Posts tagged: Sunshine Law
Coeur d’Alene city attorney Mike Gridley says the campaign finance law that Sen. Mike Jorgenson may have violated when he ran a $1,090 ad for Coeur d’Alene city council challenger Jim Brannon is a state law, not a city ordinance. Idaho Code 67-6610A limits contributions by an individual, corporation or political committee to $1,000 each for the primary and general elections; that limit applies to legislative, city, county or district judge races. A violation can bring a civil fine of up to $250, and potentially criminal penalties if it was a knowing violation. “It sounds like he is claiming that he didn’t know,” Gridley said. “All we’re doing is enforcing Idaho Code that our fine Legislature has passed, and that’s applicable to all elections.” However, the limit may not apply if Jorgenson’s ad is considered an independent expenditure; if that’s the case, the disclosure reports he’s arranging to file with the city may clear up the violation.
“We won’t know until we get his filing,” Gridley said. “If it’s an independent expenditure, he’s not limited by the thousand dollar amount. If he coordinates it with a campaign, then it is a contribution to that campaign, and it would violate the $1,000 and would need to be reflected on the candidate’s sunshine report, too.” Jorgenson said he did the ad on his own; he told Eye on Boise he got the list of roughly 50 campaign supporters to list in the ad from Brannon’s campaign. “I got it through his campaign headquarters - it’s available to anybody that walks in there,” Jorgenson said. “I just called them.”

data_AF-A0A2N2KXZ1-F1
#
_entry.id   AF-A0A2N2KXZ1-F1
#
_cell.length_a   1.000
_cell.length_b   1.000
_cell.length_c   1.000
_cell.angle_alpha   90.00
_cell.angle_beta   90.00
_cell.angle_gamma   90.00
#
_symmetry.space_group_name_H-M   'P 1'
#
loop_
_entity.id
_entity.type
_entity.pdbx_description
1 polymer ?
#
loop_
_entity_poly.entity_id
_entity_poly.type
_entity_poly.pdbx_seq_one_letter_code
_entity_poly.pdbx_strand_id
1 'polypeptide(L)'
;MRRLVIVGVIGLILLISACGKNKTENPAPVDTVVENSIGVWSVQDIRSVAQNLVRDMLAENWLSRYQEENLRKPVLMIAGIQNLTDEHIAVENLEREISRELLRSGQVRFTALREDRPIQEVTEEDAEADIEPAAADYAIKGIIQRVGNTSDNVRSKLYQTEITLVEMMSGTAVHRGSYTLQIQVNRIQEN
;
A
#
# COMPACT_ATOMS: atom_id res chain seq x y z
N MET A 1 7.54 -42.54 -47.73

The Idaho House speaker who single-handedly killed legislation this year to require personal financial disclosure from the state’s elected officials now says he won’t do it again. “In the upcoming session, if it comes back, I think we will try to make sure that it gets the full hearing and see where it goes,” said House Speaker Lawerence Denney, R-Midvale.
The bipartisan bill, which passed the Senate unanimously and was drafted in part by Gov. Butch Otter’s office, died this year when Denney held it at his desk and never assigned it to a committee for a hearing. Recently, Idaho was again ranked last in the nation for its financial disclosure requirements for lawmakers. Jon Hanian, spokesman for Otter, said, “We’ve worked on this issue in the past and we’re going to continue to work on it.” Senate Majority Leader Bart Davis, R-Idaho Falls, said, “I applaud the speaker for his willingness to make progress on this legislative concept in the upcoming year, and look forward to working with” the House on the measure. You can read my full story here at www.spokesman.com.